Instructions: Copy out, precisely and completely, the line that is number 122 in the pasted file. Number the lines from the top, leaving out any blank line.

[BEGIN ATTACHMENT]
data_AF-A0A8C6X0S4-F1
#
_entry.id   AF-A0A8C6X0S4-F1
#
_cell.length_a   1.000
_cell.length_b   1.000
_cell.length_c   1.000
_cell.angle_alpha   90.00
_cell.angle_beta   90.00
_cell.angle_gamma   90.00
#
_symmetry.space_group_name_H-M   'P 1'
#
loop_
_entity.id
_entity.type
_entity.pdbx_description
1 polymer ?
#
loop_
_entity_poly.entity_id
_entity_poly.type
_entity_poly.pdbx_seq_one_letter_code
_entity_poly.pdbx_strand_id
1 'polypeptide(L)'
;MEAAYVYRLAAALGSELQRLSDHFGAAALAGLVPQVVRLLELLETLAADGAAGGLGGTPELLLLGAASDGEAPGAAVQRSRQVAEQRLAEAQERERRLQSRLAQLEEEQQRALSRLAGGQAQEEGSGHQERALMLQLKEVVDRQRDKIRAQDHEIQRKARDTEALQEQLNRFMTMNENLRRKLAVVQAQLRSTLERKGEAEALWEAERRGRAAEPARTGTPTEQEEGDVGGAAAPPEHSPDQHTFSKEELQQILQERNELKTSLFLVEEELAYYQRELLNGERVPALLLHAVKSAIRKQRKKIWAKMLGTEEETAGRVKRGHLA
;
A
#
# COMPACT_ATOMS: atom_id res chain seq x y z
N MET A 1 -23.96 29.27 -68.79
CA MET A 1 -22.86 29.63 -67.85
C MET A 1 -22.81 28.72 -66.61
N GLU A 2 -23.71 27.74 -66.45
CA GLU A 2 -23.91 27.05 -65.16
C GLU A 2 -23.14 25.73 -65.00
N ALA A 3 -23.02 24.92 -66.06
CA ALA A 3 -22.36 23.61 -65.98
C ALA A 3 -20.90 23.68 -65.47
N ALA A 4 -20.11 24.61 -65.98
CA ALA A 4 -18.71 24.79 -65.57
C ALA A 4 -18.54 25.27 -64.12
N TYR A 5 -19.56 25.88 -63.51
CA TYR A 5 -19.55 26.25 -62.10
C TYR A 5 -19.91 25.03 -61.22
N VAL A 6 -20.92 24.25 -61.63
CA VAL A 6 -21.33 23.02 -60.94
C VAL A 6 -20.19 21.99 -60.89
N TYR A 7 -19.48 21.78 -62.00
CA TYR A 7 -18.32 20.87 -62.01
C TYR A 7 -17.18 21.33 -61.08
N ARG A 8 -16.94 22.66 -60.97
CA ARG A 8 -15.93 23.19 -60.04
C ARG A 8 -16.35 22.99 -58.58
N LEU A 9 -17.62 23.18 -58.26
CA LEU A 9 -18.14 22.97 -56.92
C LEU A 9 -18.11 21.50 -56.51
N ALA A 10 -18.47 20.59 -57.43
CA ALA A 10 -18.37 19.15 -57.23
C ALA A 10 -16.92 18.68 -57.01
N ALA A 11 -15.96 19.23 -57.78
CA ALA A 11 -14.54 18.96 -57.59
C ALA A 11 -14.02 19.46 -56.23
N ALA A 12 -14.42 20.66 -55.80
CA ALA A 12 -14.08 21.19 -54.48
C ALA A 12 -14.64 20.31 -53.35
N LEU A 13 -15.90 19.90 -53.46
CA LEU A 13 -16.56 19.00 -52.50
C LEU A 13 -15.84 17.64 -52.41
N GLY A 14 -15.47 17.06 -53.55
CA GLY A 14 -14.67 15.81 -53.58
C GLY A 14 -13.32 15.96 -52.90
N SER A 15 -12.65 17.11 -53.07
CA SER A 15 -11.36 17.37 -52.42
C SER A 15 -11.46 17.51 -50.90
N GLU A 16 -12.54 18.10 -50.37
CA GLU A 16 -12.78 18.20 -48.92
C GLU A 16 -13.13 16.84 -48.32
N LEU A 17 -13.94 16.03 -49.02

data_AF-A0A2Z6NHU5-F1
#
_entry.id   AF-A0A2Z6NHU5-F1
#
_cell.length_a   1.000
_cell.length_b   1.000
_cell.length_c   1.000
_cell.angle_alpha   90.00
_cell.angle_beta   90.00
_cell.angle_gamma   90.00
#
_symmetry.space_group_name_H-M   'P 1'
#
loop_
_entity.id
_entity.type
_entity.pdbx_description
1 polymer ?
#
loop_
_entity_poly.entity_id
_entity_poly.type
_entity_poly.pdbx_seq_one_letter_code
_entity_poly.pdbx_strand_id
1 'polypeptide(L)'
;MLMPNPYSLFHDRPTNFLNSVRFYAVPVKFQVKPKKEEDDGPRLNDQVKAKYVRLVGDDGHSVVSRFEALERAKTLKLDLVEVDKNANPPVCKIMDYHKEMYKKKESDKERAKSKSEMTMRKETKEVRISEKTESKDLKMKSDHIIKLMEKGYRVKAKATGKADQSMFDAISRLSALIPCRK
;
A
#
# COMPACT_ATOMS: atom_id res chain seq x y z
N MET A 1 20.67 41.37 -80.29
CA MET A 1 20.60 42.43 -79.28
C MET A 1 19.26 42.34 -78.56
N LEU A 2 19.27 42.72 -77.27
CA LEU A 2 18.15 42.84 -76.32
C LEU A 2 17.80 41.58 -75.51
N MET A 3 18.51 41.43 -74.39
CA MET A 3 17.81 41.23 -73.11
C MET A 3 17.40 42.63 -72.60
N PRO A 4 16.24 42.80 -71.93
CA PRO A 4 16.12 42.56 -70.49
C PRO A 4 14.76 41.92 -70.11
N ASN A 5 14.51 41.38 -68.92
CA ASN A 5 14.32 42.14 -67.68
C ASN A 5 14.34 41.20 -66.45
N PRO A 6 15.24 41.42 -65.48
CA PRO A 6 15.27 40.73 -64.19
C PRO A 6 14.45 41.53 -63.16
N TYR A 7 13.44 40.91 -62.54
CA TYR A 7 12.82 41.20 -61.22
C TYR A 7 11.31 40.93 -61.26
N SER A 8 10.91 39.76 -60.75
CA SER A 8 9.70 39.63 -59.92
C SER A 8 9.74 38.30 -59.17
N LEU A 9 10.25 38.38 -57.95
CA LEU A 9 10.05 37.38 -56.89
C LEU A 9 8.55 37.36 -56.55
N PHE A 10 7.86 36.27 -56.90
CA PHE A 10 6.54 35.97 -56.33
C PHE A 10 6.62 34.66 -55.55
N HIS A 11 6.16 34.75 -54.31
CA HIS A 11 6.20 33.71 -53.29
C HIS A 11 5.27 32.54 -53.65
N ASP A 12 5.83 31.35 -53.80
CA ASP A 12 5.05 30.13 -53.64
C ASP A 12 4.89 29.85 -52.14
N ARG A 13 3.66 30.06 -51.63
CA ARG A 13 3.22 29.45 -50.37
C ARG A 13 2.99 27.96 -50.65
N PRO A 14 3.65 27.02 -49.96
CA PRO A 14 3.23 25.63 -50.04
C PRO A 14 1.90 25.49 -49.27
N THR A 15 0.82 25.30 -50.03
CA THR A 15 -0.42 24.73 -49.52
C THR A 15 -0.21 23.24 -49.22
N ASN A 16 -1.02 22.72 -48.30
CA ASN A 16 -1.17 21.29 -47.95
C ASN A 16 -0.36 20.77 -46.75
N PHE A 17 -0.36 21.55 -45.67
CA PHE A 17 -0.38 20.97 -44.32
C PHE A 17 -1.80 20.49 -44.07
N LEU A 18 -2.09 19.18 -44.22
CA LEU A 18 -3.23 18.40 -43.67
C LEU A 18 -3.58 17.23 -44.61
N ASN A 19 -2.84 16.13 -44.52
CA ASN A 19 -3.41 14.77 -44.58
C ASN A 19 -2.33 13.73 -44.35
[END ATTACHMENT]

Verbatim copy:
N ASN A 5 14.51 41.38 -68.92